The Nickel (Ni) that is mostly found in biological compounds is in the form of Ni (II).
It is not a widely available mineral and only 0.008% of the Earth’s crust is made up of this trace element.
Nickel is found in all soil and is also emitted from volcanoes. It is usually found combined with other naturally occurring elements in the earth’s crust, and is the 24th most abundant element in the environment. Millerite (NiS), nickelite (NiAs), and pentlanditae ((Ni,Fe)S are the principal ores of nickel.
The Nickel Element and its industrial usage
Nickel is a white metal with a faint tinge of yellow and is used worldwide in making alloys such as copper-nickel (75% copper, 25% nickel); these alloys are often used in manufacturing and in the production of coins.
Stainless steel normally contains 8% nickel and 12% to 18% chromium. It is used in the strongly ferromagnetic alloy alnico production, which is used in creating strong permanent magnets.
Iron objects are often plated with nickel for the purpose of corrosion resistance. This element is also used in making white gold for jewelry use (in alloy with gold).
Nickel is often released into the atmosphere by industries that use or make nickel, nickel compounds, or nickel alloys. Trash incinerators, coal-burning power plants, and oil-burning power plants can also lead to the emission of Nickel into the atmosphere.
Pure Nickels Impact on the Human Body
There are several factors that will determine whether or not a person who is exposed to nickel may become harmed. Such factors include the duration (how long), the dose (how much), and the manner in which the person came into contact with it. Other factors need to be considered as well such as gender, age, lifestyle, diet, state of health, and family traits.
If a person was to breathe air containing nickel or ingest food or water that contains nickel, then the element may enter the body. Some of the inhaled nickel may reach the lungs, and may even enter the blood; this is dependent on the size of the nickel particles. Larger particles are usually deposited within the nose while smaller particles may enter deep into the lungs.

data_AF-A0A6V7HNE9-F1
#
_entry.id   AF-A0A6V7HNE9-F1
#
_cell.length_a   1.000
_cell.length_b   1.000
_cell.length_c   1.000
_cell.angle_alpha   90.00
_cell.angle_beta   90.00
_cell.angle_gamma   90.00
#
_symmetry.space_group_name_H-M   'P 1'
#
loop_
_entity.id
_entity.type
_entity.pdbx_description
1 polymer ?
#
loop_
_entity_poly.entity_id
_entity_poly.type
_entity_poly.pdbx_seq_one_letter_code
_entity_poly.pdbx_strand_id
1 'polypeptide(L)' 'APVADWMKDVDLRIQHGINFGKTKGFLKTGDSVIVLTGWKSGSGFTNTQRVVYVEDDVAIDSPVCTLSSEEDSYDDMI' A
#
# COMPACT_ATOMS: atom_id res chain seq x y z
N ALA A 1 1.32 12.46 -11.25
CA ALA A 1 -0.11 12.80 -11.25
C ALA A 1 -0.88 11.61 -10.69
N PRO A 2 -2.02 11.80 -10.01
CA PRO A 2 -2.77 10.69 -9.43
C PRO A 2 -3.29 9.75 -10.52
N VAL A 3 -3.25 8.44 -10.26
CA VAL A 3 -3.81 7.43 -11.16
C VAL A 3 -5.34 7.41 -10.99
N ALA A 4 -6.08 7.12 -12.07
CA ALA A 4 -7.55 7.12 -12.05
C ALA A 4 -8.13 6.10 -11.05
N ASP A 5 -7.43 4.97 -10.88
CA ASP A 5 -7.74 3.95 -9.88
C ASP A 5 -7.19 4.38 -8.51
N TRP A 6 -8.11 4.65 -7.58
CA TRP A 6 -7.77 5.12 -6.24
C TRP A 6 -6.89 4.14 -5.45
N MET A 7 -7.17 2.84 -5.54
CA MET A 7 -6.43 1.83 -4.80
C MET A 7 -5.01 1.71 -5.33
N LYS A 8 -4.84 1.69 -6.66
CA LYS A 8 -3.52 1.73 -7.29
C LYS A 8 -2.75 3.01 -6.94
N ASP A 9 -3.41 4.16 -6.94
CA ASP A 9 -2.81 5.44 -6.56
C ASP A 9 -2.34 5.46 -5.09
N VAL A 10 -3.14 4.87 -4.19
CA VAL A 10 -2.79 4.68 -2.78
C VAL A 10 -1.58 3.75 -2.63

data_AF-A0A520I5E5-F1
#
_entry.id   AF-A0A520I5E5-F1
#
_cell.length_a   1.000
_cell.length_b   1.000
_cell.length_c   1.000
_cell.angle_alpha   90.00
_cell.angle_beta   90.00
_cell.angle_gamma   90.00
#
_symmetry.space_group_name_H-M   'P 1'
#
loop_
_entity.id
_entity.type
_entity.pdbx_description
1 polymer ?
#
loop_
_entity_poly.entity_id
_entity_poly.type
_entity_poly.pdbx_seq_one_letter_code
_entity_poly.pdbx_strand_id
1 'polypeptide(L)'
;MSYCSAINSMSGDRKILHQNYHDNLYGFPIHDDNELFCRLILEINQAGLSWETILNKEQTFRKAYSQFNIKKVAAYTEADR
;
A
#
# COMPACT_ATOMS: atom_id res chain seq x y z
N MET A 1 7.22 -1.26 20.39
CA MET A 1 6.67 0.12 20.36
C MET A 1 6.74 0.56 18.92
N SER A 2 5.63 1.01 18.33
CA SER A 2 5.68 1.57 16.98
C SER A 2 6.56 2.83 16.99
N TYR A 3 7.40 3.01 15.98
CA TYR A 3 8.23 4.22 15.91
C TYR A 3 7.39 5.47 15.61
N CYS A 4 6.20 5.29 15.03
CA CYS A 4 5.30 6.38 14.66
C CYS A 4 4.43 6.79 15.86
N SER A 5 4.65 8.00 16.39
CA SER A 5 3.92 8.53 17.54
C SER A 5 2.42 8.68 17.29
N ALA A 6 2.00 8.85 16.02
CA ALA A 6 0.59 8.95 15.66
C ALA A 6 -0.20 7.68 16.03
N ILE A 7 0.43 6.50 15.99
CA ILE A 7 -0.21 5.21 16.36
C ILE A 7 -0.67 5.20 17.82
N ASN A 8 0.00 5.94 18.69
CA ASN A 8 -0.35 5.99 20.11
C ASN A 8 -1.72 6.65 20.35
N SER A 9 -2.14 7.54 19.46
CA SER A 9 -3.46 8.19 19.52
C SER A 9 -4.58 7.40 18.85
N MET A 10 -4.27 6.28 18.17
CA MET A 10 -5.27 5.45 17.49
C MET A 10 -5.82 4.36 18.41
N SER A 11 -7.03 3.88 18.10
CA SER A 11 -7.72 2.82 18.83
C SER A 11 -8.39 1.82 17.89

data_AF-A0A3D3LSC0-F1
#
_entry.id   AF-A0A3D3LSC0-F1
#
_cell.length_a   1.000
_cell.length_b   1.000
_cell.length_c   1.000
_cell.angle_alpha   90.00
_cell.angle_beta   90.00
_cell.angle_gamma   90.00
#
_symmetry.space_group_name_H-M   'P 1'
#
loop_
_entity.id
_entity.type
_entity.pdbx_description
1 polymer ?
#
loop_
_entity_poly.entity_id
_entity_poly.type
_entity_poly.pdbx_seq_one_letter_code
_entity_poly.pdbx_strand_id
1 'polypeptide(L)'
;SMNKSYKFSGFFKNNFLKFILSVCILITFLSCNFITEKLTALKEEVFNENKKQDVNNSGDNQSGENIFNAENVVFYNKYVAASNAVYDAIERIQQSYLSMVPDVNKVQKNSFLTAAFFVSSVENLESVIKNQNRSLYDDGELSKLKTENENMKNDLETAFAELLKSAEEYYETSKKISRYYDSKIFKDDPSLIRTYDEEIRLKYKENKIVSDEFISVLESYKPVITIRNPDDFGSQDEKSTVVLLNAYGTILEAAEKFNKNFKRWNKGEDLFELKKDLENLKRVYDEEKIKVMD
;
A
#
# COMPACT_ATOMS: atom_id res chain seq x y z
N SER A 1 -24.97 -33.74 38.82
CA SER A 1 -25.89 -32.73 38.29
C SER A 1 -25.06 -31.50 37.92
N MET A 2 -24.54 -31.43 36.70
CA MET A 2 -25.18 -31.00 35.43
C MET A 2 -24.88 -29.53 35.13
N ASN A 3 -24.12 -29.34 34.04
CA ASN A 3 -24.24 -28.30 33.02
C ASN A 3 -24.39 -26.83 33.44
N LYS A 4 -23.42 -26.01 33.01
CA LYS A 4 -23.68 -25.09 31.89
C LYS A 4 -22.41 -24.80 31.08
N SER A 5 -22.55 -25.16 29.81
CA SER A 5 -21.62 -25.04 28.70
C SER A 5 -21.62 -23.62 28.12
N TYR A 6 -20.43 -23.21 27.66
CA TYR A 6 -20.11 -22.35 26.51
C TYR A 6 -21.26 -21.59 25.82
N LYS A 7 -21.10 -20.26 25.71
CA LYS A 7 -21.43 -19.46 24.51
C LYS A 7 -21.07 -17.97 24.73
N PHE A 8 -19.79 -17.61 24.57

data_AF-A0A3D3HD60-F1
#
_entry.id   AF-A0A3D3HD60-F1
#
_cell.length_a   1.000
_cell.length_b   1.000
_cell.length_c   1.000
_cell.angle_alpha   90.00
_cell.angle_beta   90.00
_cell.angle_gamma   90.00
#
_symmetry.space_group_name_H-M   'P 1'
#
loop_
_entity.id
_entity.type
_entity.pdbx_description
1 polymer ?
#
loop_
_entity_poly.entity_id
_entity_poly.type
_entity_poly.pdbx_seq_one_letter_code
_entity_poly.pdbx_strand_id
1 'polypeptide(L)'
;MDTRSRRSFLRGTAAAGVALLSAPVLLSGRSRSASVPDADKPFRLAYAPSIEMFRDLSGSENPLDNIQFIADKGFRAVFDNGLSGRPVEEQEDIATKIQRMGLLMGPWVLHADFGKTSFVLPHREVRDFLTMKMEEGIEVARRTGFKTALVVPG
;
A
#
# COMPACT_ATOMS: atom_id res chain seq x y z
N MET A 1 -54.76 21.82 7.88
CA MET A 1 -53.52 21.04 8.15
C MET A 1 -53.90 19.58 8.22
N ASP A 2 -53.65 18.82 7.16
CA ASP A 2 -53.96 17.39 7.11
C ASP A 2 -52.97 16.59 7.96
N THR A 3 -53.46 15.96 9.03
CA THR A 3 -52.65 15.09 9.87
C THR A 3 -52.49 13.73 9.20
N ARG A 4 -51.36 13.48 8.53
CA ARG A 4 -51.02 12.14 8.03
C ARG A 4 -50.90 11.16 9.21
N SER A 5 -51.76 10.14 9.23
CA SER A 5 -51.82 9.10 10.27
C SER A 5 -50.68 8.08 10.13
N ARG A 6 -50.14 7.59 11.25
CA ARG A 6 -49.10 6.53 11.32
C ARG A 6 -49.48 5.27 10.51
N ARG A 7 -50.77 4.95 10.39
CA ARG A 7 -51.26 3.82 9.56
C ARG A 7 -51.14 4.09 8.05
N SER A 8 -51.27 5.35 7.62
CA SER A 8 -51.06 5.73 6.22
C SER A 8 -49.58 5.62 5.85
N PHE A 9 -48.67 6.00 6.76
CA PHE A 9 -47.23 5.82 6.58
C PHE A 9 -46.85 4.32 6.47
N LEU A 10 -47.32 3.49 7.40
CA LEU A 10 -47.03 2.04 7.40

The Affect of Nickel on Microorganisms
Different studies have been conducted on how nickel transport and homeostatic mechanisms can affect microorganisms. Non-specific nickel influx takes place through the CorA system in bacteria and Saccharomyces cerevisiae and the bacteria’s high affinity nickel transport happens via HoxN-type permeases and ABC-type transporters. Nickel uptake in fungi can occur through magnesium transport systems.
Allergic reaction is the most common harmful health effect of nickel in humans; it is thought that about 10% to 20% of the world’s population is sensitive to nickel.
Prolonged contact or direct contact of Nickel with the skin can promote a person’s sensitivity. However, not all jewelries that contain this element release nickel ions that can sensitize a person. Further contact with the metal can yield a reaction such as skin rash at the site of contact, after being sensitized to nickel. A type of skin rash known as dermatitis can develop.
The most severe harmful effects of nickel exposure such as nasal sinus, reduced lung function, chronic, and bronchitis cancer of the lung, have occurred in individuals who have breathed dust that contain nickel compounds as opposed to those who come into contact with alloys. Most of these people are working in nickel processing plants or nickel refineries.